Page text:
The absence of foliage and clarity of the air in wintertime may extend your line of sight-- and you can see even further in this collection of aerial photographs taken high above Worthington. These images span decades, representing the landscape across the 1950s, '60s, '70s and '90s. Check out the "More Nearby…" link alongside each photo for the geographic coordinates and current satellite image of each location and you'll see just how much some areas of town have developed, while others appear virtually unchanged.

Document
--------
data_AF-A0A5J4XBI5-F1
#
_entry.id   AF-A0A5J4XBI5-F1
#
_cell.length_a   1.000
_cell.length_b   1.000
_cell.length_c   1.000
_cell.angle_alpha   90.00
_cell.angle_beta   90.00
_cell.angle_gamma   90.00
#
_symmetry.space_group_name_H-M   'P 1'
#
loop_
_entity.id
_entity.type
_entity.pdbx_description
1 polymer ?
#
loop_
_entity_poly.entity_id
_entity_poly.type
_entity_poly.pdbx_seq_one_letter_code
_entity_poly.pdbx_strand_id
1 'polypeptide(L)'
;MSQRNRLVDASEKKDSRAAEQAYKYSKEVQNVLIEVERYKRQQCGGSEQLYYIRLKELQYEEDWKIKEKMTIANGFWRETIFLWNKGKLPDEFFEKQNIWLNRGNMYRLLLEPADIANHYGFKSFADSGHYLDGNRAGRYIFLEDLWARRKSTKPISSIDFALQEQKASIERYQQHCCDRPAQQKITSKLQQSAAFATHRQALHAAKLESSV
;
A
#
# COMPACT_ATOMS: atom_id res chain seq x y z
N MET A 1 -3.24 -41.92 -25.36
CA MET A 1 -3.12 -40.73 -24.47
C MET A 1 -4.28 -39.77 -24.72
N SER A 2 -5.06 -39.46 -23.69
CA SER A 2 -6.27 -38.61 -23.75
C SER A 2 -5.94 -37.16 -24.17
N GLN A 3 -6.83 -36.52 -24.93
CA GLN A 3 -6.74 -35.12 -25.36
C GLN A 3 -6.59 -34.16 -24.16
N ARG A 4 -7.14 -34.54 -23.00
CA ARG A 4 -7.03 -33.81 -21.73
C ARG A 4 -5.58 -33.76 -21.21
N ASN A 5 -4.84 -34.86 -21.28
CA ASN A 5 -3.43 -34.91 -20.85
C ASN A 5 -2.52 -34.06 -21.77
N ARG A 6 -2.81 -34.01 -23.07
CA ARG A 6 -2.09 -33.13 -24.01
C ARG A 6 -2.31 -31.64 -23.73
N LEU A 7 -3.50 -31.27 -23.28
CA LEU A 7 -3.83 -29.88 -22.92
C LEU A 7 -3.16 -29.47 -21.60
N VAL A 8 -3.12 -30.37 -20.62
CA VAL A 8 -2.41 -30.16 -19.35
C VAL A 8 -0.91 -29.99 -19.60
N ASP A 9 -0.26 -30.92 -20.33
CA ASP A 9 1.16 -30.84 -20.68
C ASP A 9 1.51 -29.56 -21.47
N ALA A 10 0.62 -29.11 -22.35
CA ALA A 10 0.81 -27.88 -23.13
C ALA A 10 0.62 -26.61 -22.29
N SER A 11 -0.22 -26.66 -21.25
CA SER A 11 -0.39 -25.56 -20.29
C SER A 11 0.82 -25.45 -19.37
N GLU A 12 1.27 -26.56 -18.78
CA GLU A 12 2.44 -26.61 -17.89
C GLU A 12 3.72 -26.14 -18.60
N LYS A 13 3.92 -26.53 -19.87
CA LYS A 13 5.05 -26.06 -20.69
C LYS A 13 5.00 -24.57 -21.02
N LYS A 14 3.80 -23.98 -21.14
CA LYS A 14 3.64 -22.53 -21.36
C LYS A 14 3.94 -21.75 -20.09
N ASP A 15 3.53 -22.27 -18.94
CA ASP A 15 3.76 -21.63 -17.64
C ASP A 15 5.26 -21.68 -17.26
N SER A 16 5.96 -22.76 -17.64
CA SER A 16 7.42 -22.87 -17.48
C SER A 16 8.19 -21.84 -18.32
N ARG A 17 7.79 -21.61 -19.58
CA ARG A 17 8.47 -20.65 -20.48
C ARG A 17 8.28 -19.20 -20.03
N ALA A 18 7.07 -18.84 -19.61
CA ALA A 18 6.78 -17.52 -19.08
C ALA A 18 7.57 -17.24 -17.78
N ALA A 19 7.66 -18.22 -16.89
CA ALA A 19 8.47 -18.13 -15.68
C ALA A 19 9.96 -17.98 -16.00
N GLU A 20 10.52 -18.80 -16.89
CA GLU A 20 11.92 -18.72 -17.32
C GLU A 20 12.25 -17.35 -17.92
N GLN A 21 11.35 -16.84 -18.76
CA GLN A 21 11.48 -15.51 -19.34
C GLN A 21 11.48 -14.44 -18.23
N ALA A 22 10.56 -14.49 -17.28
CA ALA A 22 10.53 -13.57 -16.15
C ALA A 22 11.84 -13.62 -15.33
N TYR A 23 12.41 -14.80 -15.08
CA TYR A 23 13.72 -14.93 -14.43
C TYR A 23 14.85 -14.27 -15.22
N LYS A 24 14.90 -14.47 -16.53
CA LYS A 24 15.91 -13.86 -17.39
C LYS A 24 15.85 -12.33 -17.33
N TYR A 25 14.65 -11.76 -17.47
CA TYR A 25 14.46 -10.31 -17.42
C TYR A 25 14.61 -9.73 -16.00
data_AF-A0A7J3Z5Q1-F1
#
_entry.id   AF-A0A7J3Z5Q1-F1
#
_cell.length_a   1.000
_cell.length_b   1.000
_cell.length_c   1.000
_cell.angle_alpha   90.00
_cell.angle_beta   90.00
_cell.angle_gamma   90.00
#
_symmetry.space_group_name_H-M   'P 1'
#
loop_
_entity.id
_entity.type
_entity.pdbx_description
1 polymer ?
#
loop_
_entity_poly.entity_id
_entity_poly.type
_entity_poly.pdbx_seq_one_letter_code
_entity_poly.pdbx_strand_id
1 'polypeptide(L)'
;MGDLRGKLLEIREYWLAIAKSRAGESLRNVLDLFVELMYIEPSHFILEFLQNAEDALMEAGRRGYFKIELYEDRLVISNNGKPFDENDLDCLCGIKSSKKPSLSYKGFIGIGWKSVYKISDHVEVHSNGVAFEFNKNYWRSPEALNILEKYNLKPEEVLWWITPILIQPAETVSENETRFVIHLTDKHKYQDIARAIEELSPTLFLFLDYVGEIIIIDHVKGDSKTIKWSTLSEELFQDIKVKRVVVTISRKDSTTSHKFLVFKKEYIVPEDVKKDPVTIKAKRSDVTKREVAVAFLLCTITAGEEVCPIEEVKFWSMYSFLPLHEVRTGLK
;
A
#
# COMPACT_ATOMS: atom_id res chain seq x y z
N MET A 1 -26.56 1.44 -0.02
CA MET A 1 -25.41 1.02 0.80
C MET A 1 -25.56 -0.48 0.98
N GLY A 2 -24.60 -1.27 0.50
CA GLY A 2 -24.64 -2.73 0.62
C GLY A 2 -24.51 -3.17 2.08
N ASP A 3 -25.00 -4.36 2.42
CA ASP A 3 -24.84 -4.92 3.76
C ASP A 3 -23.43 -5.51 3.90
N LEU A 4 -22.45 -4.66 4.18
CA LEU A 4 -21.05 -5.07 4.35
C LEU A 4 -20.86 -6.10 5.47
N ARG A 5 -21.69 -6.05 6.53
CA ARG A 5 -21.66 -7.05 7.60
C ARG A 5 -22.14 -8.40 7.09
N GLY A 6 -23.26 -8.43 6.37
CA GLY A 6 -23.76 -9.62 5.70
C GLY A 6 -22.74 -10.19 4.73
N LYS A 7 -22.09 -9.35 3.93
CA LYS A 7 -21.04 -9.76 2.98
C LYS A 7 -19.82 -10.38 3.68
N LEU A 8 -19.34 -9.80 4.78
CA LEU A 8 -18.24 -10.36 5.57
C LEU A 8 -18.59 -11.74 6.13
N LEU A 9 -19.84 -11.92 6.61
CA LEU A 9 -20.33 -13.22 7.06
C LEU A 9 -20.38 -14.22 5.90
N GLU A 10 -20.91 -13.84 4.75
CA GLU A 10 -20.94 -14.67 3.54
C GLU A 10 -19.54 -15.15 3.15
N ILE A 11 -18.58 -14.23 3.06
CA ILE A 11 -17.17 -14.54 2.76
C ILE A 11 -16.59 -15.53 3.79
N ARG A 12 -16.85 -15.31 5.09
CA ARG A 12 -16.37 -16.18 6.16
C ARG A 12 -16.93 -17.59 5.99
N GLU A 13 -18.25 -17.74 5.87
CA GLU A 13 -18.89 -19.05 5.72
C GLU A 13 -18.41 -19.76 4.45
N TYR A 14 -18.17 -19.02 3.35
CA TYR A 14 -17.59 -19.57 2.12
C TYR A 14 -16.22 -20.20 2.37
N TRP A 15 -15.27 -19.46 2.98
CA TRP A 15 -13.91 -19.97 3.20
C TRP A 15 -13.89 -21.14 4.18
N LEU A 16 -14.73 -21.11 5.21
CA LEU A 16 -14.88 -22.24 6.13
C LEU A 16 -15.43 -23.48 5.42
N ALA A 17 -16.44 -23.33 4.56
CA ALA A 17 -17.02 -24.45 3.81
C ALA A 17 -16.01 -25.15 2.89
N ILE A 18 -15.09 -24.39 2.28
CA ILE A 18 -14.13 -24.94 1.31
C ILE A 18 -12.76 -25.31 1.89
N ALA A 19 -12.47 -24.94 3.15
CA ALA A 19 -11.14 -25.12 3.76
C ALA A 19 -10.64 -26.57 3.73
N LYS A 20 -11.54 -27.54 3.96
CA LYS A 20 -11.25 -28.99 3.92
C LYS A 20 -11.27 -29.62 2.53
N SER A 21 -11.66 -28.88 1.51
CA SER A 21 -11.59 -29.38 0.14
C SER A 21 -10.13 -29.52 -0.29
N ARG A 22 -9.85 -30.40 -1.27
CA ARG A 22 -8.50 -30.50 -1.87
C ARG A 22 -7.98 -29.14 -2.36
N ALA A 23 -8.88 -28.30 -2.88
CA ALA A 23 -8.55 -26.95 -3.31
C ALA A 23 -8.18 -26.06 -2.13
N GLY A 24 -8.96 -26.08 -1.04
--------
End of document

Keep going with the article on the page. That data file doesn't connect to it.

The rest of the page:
A major development in Worthington's history is connected to the oldest photograph in this collection, taken in the mid-to-late 1950s over Colonial Hills Elementary School. The Colonial Hills subdivision was annexed to the eastern portion of Worthington in 1954, and it quickly became evident a new school would be needed to accommodate the influx of students (not to mention the baby boom that was projected to continue for years to come). Construction was completed in time for the start of the 1955 school year. Depicted just north of Colonial Hills, in an aerial photograph taken in 1971, is the former campus of Harding Hospital, a mental health research and treatment facility which had relocated to east Worthington roughly 50 years earlier and which would eventually return to Columbus (in 1995) as part of a merger with the Ohio State University Medical Center. The Step-by-Step Academy for behavioral health purchased the campus in 2013 and continues to utilize the space. The director of Harding Hospital, Dr. George T. Harding III, also provided foundational funding and leadership for Worthington Foods, which began operation in 1939 (as Special Foods) directly across Dublin-Granville Road from the Harding Hospital campus. Worthington Foods would expand its facilities and operations during the ensuing decades before being purchased by the Kellogg's food manufacturing company in 1999. Following acquisition and brief utilization by Jubilee Foods, the facilities would cease operation in 2006 and have since been razed (though they were still visible in the same 1971 aerial photo).